Why the ‘Golden Girls’ spin-off ‘Golden Palace’ is worth watching


New to Hulu from Monday is “The Golden Palace” – 24 dropped episodes at a time – which shares a theme song and three actresses with “The Golden Girls,” a show about four widows sharing a house in Miami. Set in an era of padded shoulders and baggy pants, it’s an old-fashioned, multicamera affair, to the point of cultural references, which will require recourse to the encyclopedia: Gordon McRae, Leona Helmsley, Señor Wences, Jimmy Swaggart, Paul Prudhomme, Chia Pet, the musical “Li’l Amber”, “I Dream of Jeannie” and “That Girl”.

In “The Golden Palace,” which turns a domestic comedy into a work comedy (albeit a workplace the characters also live in), Blanche (Rue McClanahan), Rose (Betty White) and Sophia (Estelle Getty) buy a hotel they have been insured for is a good investment but turns out to be a bad one, even if it is a well-equipped beachfront property. The staff they find have been reduced to two: Manager Roland (Don Cheadle, a young man who should go far in this profession) and Chef Chuy (Cheech Marin, beyond comedy), adding black and brown actors there. where there was none before. There’s also a kid, Oliver (Billy L. Sullivan), as it must have seemed like a good idea, until his mid-season demise.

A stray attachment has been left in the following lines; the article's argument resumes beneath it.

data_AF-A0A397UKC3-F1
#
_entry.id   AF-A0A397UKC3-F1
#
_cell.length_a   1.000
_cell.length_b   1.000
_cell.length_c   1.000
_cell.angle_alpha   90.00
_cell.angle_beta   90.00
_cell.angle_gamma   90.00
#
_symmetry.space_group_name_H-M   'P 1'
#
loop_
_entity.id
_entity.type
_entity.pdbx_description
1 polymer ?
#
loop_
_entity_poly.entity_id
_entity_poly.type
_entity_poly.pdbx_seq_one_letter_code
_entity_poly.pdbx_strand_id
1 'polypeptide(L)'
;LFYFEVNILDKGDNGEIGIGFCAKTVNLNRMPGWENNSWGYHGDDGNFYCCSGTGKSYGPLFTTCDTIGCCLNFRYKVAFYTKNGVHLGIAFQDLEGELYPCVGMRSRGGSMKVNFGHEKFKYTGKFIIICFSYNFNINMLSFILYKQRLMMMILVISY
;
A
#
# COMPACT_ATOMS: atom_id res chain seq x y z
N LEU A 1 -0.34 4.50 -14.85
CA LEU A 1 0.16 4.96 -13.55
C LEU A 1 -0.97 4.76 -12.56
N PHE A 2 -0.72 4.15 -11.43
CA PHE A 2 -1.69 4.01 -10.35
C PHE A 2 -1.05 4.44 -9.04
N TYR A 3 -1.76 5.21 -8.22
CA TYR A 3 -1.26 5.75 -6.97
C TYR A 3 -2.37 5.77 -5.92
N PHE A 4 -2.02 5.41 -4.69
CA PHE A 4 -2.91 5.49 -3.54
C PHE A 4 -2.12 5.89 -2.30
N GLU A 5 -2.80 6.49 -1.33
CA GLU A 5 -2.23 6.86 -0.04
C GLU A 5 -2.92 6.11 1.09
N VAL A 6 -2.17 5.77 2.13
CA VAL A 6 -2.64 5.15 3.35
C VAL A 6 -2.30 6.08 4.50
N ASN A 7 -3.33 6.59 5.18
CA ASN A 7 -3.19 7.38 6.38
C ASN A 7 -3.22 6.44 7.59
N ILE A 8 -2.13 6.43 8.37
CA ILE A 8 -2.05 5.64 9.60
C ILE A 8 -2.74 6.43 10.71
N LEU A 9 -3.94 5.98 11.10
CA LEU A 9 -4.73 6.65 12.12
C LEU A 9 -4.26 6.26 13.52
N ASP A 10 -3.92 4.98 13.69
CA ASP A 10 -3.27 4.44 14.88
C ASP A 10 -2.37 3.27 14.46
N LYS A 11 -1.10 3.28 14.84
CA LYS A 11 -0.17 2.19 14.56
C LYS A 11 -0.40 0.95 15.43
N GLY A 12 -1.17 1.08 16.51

While the hotel does better or worse depending on the needs of a given episode, there is often little or no seating available and the dining room is usually full. Still, there are no new hires, with the entire hotel and restaurant being managed by the aforementioned players. (Getty, around 70 – and playing around 90, I think – drank tables.)

Blanche, like DuBois, is what you might call extremely sexually positive, a woman who has worn down three mattresses guaranteed to last a lifetime; Rose, a child in Betty White’s body, is a sweet Midwestern farm girl of whimsical Scandinavian descent; and Sophia has an intimate knowledge of organized crime. Sometimes they can play against the type, express deep thoughts or real emotions, or just explode. “You tell that ungrateful vermin at table four if he doesn’t shut up about his muffins, I’m going to pour hot butter in his nooks and crannies, ”Rose spits, unusually, for a laugh.